Most people, if they’ve hired a legendary fund manager on a multi-million-dollar salary to look after investments and liquidity, would listen to the advice of that person. But most people aren’t Larry Summers:

It happened at least once a year, every year. In a roomful of a dozen Harvard University financial officials, Jack Meyer, the hugely successful head of Harvard’s endowment, and Lawrence Summers, then the school’s president, would face off in a heated debate. The topic: cash and how the university was managing – or mismanaging – its basic operating funds.

Through the first half of this decade, Meyer repeatedly warned Summers and other Harvard officials that the school was being too aggressive with billions of dollars in cash, according to people present for the discussions, investing almost all of it with the endowment’s risky mix of stocks, bonds, hedge funds, and private equity. Meyer’s successor, Mohamed El-Erian, would later sound the same warnings to Summers, and to Harvard financial staff and board members.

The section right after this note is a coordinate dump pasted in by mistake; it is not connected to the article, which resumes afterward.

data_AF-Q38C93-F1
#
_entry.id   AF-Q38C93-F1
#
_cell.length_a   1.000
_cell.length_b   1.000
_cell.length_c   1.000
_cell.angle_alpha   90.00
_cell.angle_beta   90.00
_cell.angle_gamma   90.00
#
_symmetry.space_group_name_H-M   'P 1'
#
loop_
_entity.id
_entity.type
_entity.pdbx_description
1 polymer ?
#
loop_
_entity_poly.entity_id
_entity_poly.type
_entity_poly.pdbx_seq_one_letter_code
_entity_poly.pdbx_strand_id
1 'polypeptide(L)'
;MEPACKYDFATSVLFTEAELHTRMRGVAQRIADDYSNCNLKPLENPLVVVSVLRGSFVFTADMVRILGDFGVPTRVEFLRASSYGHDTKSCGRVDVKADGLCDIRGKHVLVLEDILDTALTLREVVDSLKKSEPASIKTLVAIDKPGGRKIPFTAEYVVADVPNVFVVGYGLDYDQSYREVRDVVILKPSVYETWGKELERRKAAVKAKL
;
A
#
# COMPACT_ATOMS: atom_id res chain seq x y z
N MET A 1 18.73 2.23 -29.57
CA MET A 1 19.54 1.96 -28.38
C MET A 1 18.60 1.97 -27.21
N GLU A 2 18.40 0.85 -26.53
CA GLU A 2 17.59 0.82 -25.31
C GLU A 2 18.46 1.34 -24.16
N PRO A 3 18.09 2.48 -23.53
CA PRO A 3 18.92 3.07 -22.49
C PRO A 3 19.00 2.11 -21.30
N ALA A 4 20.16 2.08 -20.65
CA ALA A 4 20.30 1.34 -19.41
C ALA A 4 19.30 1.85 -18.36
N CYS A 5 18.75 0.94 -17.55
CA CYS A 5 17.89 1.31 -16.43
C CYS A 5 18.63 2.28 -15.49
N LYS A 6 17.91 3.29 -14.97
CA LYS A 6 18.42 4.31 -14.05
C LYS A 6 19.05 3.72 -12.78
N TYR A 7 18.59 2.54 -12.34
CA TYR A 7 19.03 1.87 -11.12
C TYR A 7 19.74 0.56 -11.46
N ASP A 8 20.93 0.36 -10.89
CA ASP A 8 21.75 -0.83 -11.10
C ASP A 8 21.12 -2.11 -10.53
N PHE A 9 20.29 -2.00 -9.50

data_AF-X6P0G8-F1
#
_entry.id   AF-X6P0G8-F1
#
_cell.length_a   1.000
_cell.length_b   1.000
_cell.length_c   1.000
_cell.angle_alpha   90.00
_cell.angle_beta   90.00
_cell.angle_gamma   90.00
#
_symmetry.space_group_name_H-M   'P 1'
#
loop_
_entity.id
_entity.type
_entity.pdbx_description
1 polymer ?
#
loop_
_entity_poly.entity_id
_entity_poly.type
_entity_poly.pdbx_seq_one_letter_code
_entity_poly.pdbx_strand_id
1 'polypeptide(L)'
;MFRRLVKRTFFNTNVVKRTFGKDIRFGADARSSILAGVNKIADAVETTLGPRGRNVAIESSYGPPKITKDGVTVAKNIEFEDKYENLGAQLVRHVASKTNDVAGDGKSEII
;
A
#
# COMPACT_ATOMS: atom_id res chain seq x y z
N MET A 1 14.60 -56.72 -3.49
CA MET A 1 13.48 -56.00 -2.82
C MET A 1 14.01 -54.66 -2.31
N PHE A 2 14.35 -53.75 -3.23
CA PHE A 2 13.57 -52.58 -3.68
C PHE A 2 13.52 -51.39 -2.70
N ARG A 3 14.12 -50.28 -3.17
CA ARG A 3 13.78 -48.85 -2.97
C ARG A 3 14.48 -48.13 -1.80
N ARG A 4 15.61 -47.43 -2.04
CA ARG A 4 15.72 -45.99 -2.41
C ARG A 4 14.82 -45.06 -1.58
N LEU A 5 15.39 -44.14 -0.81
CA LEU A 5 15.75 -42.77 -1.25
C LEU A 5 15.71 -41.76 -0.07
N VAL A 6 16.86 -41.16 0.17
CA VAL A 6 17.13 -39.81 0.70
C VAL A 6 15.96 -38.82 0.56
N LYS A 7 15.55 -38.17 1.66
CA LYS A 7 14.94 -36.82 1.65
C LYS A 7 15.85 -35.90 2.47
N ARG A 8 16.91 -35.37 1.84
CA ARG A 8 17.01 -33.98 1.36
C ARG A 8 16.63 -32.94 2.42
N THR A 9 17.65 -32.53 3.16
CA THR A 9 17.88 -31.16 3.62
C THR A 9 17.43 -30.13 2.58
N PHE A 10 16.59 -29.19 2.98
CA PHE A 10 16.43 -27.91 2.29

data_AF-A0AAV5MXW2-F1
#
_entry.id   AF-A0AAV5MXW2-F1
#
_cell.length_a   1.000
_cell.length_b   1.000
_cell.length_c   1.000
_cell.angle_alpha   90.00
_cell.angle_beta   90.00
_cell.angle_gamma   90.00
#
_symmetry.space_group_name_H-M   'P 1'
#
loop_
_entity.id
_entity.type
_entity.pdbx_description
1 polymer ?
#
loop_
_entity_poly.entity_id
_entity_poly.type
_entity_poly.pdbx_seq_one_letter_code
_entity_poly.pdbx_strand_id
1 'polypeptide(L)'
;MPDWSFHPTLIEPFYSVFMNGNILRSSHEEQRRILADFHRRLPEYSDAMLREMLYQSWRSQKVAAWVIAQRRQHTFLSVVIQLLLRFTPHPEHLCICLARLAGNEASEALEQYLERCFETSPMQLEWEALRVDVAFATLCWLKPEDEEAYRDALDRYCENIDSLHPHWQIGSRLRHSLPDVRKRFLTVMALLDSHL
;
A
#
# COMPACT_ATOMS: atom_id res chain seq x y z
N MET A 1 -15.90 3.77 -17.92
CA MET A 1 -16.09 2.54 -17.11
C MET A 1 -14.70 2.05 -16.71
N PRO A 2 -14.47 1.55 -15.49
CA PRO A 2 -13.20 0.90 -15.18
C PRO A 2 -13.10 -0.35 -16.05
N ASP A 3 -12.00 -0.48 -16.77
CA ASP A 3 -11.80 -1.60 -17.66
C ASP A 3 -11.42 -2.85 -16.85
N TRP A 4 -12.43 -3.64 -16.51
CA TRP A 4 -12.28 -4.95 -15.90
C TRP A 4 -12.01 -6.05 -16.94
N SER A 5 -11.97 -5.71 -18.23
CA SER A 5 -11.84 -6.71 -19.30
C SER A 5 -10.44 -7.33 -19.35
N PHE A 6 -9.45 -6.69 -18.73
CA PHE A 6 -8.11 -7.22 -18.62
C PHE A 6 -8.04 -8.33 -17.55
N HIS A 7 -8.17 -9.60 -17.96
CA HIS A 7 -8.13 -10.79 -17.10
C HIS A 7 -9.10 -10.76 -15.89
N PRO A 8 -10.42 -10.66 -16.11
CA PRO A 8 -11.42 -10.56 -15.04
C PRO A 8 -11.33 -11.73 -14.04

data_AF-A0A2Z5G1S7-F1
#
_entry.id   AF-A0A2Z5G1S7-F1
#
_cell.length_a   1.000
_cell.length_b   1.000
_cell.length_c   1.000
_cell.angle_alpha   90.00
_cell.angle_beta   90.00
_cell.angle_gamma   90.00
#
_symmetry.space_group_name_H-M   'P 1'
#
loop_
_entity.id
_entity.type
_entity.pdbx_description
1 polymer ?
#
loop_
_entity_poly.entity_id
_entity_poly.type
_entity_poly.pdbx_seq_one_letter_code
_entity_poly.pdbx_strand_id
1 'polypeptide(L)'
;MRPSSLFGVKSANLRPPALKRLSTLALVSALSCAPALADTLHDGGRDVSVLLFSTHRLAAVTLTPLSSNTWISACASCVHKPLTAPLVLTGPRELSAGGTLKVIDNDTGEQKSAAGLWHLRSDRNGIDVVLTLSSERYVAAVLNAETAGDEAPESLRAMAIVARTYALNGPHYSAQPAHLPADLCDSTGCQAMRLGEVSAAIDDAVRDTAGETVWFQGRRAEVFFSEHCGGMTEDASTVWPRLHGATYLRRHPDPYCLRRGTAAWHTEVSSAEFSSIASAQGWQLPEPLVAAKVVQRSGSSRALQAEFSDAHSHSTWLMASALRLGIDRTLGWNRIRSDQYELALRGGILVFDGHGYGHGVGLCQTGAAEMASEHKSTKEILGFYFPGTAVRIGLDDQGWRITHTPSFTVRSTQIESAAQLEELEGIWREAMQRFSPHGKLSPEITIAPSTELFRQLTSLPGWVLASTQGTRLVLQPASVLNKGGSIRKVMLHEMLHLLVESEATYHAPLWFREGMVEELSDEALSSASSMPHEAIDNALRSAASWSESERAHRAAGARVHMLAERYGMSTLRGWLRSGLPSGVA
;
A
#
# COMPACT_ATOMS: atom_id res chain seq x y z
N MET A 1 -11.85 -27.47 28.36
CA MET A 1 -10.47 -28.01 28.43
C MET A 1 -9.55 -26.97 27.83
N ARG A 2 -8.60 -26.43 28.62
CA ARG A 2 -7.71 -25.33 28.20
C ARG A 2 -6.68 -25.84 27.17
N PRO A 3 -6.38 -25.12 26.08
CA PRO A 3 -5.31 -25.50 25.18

“Mohamed was having a heart attack,’’ said one former financial executive, who spoke on the condition of anonymity for fear of angering Harvard and Summers. He considered the cash investment a “doubling up’’ of the university’s investment risk.

But the warnings fell on deaf ears.

Summers, amazingly, wanted to invest 100% of the university’s cash in the endowment, and had to be talked down to investing a mere 80%. No wonder Meyer and El-Erian tried to talk him out of it: the Harvard endowment was never designed as a place to invest sums of cash which might be needed immediately. Instead, it’s designed to invest for the very long term, taking advantage of the higher returns on illiquid investments.

Summers was playing a high-risk carry-trade game with Harvard’s cash: